The European Parliament voted to adopt the Ucits V Directive on 15 April, which should bring Ucits generally more in line with the AIFM Directive objectives, say Declan O'Sullivan and Conor Durkin, Dublin based partner and senior associate respectively at law firm Dechert.
The European Parliament voted to adopt the Ucits V Directive on 15 April, which should bring Ucits generally more in line with the AIFM Directive objectives, say Declan O’Sullivan and Conor Durkin, Dublin based partner and senior associate respectively at law firm Dechert [Update: Durkin has since taken a role with Mason Hayes & Curran].
The European Parliament voted to adopt the Ucits V Directive on 15 April 2014, in advance of Parliamentary elections next month. The final vote followed a period of uncertainty where there was potential for the progress of Ucits V to be thrown off course because of political argument over the scope of the remuneration rules.
Ucits V is aimed at improving the protections afforded to Ucits investors, preventing a repeat of the abuses seen at the time of the Madoff scandal and brings the Ucits framework into alignment with some of the innovations of the Alternative Investment Managers Directive. Michel Barnier, Internal Market and Services Commissioner of the European Commission, has emphasised the need to maintain the Ucits framework as a “gold standard for fund regulation globally”.
The key provisions of Ucits V are:
• Ucits management companies will be required to establish remuneration policies that are consistent with sound and effective risk management.
• New rules relating to depositaries concerning liability, delegation and entities eligible to act as depositaries.
• Harmonisation of administrative sanctions.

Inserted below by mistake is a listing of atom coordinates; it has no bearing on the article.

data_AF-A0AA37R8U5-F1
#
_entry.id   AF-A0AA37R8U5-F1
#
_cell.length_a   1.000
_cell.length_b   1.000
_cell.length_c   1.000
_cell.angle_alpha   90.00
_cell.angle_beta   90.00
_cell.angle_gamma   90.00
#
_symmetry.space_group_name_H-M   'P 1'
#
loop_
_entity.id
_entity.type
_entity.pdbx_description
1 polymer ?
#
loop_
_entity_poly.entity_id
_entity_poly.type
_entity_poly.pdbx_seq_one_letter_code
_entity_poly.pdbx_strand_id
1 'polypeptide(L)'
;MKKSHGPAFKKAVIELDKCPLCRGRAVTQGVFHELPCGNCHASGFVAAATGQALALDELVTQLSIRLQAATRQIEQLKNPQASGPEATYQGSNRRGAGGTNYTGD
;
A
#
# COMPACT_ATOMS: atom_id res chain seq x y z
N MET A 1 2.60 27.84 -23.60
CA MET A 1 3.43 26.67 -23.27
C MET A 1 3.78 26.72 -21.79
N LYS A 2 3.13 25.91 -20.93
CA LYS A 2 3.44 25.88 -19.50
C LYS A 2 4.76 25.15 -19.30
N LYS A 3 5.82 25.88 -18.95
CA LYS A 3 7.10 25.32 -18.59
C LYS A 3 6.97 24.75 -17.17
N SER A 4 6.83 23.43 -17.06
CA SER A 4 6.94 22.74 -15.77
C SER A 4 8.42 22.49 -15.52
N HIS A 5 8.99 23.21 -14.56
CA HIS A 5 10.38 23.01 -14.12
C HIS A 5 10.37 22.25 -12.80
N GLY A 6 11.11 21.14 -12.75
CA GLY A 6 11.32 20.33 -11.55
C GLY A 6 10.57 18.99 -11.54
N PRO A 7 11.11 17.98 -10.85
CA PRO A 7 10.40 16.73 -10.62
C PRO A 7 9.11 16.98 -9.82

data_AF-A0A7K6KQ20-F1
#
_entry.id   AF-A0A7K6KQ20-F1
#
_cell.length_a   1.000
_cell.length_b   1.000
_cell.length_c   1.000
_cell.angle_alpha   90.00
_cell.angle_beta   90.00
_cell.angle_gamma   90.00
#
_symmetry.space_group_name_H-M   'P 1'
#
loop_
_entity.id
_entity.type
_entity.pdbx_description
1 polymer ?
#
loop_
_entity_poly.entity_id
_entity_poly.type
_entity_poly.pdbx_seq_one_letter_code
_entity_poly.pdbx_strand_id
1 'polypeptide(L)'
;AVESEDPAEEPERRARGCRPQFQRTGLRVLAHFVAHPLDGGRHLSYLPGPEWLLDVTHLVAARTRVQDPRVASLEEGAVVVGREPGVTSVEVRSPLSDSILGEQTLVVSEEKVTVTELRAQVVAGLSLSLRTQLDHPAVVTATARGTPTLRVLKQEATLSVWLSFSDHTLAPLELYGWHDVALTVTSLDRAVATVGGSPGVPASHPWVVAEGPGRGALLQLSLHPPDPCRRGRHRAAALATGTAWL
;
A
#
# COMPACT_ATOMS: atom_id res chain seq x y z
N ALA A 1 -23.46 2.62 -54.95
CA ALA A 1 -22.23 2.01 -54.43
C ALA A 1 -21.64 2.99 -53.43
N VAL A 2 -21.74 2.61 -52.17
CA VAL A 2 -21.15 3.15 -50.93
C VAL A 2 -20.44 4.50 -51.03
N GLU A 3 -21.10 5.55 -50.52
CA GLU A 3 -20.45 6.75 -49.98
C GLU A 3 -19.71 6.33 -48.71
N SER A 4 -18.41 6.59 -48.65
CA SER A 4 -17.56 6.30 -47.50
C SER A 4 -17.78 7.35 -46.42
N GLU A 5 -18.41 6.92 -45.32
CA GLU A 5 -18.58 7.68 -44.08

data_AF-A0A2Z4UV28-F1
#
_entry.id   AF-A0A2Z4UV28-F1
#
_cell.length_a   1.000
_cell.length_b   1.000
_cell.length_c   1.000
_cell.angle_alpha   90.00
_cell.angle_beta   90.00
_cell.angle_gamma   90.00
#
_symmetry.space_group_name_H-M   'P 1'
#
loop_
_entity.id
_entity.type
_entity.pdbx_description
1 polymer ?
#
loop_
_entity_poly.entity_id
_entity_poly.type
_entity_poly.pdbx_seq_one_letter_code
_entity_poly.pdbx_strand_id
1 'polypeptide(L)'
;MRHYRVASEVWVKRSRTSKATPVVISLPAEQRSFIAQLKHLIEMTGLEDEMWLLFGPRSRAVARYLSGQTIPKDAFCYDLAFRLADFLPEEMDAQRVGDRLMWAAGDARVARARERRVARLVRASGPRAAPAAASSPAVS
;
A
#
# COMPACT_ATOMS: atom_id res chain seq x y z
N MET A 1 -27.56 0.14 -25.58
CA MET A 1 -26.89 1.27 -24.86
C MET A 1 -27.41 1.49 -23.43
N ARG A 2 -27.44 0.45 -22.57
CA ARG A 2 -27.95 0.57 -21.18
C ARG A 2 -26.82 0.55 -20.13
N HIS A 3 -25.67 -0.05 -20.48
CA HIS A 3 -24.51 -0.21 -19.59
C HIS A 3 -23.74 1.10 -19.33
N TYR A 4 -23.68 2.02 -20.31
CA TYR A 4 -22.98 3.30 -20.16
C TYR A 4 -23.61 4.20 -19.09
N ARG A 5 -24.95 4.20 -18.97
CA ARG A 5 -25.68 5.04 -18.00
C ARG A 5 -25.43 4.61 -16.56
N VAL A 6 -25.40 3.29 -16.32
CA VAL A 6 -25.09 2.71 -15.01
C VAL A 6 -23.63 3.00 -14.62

The issue of remuneration was the major battleground in the negotiation of Ucits V and, for a piece of financial services regulation, it became quite politicised, particularly in March 2013, when the European Parliament’s Economic and Monetary Affairs Committee (ECON) voted to cap bonuses for asset management staff at a 1:1 ratio with their annual salary. Unusually and to the relief of many in the asset management industry, the bonus cap proposal was voted down at the plenary session of the European Parliament.
Consistent with AIFMD, under the final text of Ucits V, Ucits management companies will be required to establish remuneration policies and practices that are consistent with and promote sound and effective risk management. These remuneration policies must not encourage risk-taking which is inconsistent with the risk profiles, rules or instruments of incorporation of the Ucits under management and cannot impair compliance with the management company’s duty to act in the best interests of the Ucits.
These remuneration provisions are subject to a proportionality test and Ucits management companies must comply with the remuneration principles set out in Ucits V in a way that is appropriate to their size, internal organisation and the nature, scope and complexity of their activities.
In addition, Ucits V empowers the European Securities and Markets Authority to issue guidelines on the scope of staff to be caught under the new remuneration rules and the application of the new remuneration principles for Ucits management companies. These guidelines are intended to add flesh to the bones of the Ucits V remuneration principles and are expected to be largely aligned with Esma’s Guidelines on Sound Remuneration Policies under AIFMD, which provided guidance on proportionality, which remuneration would be affected and how to identify categories of staff covered by the Guidelines. The guidelines expected to be issued by Esma in relation to remuneration policies under Ucits V will not be binding, however, financial regulators and market participants will be expected to comply on a ‘comply or explain’ basis. To date under AIFMD and the Guidelines, the sole proponent of explain rather than comply has been Malta.